In many—if not most—classrooms, the time wasted on transitions is staggering. Your students need to know exactly what to do every minute of the school day. Done efficiently, routines and procedures can save hours of time during a typical week.

Observe.

Good teachers observe a lot—which is itself an excellent time-saver. It keeps students on task and completing their work faster. It’s also the best way to know the needs of your students and what changes you need to make to your instruction.

Remember to breathe.

Being aware of your breathing will keep your mind in the present and guard against racing headlong into the next thing. No, you don’t have to behave like you’re in a yoga class or float around in a meditative state. Occasional awareness is all that’s required. Mindful breathing will also protect you from stress, focus your mind, and help you perform at your best.

Fight Back

Teachers have more demands on their time than ever before—and less control over what, when, and how to teach.

Help?teach

The above list is a way to fight back.

It will ease the time pressure and allow you to slow down—which is a beautiful thing. Because, by slowing down, classroom management will improve, academic progress will accelerate, and you’ll be a better, happier teacher.

Handwriting Help Teach To Be Happy Wishes

If you haven’t done so already, please join us. It’s free! Click here and begin receiving classroom management articles like this one in your email box every week.

What to read next:

As a teacher, one is always looking for creative writing projects and using the theme of 'things to be happy about' is ideal. Lists can help us open our minds to new thoughts. As the writer of 14,000 things to be happy about, I have thought about being happy in many different ways. Students in various schools have compiled their lists and sent them to me. For example, students in Beaufort, South Carolina, made their own list of 100 things that make them happy. They wrote their list on a poster and hung it up in their classroom. A school in Massachusetts had each student compile a list of 25 things to be happy about in a notebook. They sent a copy of the notebooks to me. Sending a copy of the finished project to me can add to the lesson because I respond personally to the teacher and class. How much fun is it for the class to work on a project and have a note come back from the author? You cannot beat that kind of positive reinforcement.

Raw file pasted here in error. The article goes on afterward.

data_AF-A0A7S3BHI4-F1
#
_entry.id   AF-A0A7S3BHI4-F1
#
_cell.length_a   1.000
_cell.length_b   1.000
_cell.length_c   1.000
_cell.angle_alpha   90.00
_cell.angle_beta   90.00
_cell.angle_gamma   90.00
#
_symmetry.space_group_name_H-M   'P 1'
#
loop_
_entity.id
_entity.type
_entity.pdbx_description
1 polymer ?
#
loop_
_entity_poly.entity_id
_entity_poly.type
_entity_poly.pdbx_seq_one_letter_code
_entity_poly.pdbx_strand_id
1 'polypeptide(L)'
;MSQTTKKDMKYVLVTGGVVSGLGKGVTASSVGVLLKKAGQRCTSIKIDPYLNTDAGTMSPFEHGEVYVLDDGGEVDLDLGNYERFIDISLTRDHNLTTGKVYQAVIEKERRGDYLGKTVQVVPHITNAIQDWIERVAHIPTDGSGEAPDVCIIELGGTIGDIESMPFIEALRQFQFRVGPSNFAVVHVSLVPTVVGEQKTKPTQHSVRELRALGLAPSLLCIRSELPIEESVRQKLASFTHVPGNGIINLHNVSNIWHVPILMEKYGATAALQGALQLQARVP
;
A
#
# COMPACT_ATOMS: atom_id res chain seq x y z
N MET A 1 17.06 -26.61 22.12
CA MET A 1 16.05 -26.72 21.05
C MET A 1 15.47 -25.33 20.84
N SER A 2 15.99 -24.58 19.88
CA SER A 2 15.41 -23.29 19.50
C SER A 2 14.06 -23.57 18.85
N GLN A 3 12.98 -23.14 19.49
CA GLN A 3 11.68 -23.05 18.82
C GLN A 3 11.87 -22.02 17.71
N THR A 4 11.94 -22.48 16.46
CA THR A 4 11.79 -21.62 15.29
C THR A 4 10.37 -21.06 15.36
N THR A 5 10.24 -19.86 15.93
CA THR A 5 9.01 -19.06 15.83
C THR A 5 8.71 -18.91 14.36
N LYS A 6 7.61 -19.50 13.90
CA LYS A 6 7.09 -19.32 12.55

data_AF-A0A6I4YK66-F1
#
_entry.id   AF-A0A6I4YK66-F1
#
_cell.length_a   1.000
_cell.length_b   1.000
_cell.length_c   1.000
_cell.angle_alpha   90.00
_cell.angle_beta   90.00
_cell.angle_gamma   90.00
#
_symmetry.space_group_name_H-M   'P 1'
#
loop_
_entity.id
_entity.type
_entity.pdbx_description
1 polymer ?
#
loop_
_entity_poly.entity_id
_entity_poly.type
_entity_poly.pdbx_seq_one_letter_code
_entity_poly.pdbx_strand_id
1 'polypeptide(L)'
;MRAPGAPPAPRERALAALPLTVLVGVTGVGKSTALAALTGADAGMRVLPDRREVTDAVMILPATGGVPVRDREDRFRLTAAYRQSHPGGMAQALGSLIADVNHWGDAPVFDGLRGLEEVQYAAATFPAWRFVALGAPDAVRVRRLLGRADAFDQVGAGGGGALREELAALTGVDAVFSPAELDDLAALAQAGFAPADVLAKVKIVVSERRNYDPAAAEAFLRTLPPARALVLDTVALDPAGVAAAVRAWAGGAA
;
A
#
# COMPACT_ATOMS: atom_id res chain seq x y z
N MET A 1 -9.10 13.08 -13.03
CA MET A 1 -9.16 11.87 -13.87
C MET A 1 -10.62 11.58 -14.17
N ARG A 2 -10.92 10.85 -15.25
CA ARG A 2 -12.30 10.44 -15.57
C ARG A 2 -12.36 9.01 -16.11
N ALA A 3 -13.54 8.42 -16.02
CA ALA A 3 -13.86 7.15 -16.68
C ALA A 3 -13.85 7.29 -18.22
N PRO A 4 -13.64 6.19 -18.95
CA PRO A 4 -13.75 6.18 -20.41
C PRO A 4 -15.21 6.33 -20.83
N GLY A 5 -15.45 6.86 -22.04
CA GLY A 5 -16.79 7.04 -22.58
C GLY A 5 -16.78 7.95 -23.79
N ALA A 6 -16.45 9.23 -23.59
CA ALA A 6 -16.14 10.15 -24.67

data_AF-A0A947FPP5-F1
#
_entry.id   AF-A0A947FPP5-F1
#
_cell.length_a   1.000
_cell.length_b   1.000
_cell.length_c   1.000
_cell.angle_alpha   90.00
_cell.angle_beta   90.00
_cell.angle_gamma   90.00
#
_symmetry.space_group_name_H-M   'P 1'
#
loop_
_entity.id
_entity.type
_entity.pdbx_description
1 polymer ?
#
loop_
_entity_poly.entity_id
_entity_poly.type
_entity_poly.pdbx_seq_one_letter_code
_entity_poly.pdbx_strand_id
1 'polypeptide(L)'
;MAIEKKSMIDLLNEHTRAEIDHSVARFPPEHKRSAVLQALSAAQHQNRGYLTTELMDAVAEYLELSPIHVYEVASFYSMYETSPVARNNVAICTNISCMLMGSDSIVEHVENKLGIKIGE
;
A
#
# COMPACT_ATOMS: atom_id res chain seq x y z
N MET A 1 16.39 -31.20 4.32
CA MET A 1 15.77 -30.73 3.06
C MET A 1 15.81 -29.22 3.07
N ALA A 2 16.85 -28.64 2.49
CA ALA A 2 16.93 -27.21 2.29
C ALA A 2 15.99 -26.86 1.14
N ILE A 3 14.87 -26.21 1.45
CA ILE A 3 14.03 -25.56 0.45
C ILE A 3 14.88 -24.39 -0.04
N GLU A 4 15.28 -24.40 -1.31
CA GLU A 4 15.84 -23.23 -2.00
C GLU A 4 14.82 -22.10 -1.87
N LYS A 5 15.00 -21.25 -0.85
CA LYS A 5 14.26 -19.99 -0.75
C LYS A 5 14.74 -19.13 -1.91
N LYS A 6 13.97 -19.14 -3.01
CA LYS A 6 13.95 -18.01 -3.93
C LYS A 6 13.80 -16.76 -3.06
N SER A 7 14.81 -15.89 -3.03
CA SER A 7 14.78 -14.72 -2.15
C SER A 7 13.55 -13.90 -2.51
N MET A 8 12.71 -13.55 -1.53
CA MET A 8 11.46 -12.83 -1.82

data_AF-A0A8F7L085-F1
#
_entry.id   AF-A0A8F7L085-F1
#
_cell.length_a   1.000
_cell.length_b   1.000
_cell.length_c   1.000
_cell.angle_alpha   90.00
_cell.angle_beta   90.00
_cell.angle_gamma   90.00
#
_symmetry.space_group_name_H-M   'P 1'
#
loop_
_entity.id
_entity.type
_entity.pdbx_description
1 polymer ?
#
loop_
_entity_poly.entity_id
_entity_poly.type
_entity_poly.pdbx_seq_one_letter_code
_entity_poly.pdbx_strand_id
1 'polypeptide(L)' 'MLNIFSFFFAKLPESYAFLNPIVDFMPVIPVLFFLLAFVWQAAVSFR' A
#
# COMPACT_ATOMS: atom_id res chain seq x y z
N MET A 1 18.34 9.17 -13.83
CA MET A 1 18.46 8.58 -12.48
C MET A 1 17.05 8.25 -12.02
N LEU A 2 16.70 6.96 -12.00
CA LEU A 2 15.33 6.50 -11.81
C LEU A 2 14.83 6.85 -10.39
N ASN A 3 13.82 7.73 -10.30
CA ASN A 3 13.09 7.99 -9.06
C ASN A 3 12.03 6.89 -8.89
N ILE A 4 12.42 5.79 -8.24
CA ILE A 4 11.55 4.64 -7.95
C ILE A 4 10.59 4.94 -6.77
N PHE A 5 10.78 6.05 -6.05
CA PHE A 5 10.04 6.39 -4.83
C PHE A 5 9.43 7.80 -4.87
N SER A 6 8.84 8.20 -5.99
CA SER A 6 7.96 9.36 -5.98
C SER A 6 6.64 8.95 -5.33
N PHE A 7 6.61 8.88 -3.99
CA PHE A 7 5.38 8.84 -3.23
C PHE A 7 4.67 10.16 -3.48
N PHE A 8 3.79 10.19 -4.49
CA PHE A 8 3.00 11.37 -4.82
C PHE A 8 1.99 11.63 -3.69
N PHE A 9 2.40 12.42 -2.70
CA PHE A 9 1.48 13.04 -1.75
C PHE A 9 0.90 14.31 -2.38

Efficient writing is one of the most important skills a student can develop. One of the best ways to instill good writing skills in students is to make sure they have success at writing in the beginning. As they meet with success, students become more confident in their ability. One of the best ways for students to have success with early writing is to have lessons where they cannot be 'wrong.' There are no 'rights' or 'wrongs' to creating such lists since they are personal. The best lists are those which are thoughtful and insightful, so it is important to encourage the students to write with attention to detail. Creating lessons based on lists of what makes students happy may develop their basic writing skills and increase their confidence for writing in the future.

While I encourage you to utilize my ice-breaker and lesson plan, I also would like you to write to me with any ice-breakers and lesson plans that you come up so I can share them with other educators. Thank you for using this website and I hope it makes you happy!

At the beginning of each school year, it is important to get to know your students. One of the best ways to get to know students is to have them write down things that make them happy. I call these activities ice-breakers. They are not really lesson plans, but activities for discovering who the students are and what makes them tick. Below are a few ice-breakers that I have used in the past. A teacher can be very creative with ice-breakers.

Ice-Breaker 1: Sometimes in life you have to stop and smell the roses. We sometimes forget to note what makes us happy. This ice-breaker is designed to make the student think about and note what things make them happy.